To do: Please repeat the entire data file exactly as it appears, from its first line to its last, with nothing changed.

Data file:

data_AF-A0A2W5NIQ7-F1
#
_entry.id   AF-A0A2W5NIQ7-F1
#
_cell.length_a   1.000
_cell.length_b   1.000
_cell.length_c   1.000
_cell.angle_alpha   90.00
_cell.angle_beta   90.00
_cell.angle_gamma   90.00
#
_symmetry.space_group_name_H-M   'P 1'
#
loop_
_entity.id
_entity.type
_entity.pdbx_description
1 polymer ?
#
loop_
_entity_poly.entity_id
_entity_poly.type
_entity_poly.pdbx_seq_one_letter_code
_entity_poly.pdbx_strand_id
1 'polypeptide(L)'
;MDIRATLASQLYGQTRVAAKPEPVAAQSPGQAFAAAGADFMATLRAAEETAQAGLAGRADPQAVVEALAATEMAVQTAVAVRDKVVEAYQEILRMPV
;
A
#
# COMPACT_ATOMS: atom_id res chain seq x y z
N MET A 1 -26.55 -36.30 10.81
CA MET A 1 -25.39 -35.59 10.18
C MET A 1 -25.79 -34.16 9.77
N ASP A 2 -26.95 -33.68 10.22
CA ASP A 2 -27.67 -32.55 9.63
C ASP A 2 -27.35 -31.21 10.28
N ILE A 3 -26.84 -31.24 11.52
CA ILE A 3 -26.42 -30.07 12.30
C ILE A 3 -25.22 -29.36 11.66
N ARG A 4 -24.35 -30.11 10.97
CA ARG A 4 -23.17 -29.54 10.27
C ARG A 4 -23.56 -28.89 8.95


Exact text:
data_AF-A0A2W5NIQ7-F1
#
_entry.id   AF-A0A2W5NIQ7-F1
#
_cell.length_a   1.000
_cell.length_b   1.000
_cell.length_c   1.000
_cell.angle_alpha   90.00
_cell.angle_beta   90.00
_cell.angle_gamma   90.00
#
_symmetry.space_group_name_H-M   'P 1'
#
loop_
_entity.id
_entity.type
_entity.pdbx_description
1 polymer ?
#
loop_
_entity_poly.entity_id
_entity_poly.type
_entity_poly.pdbx_seq_one_letter_code
_entity_poly.pdbx_strand_id
1 'polypeptide(L)'
;MDIRATLASQLYGQTRVAAKPEPVAAQSPGQAFAAAGADFMATLRAAEETAQAGLAGRADPQAVVEALAATEMAVQTAVAVRDKVVEAYQEILRMPV
;
A
#
# COMPACT_ATOMS: atom_id res chain seq x y z
N MET A 1 -26.55 -36.30 10.81
CA MET A 1 -25.39 -35.59 10.18
C MET A 1 -25.79 -34.16 9.77
N ASP A 2 -26.95 -33.68 10.22
CA ASP A 2 -27.67 -32.55 9.63
C ASP A 2 -27.35 -31.21 10.28
N ILE A 3 -26.84 -31.24 11.52
CA ILE A 3 -26.42 -30.07 12.30
C ILE A 3 -25.22 -29.36 11.66
N ARG A 4 -24.35 -30.11 10.97
CA ARG A 4 -23.17 -29.54 10.27
C ARG A 4 -23.56 -28.89 8.95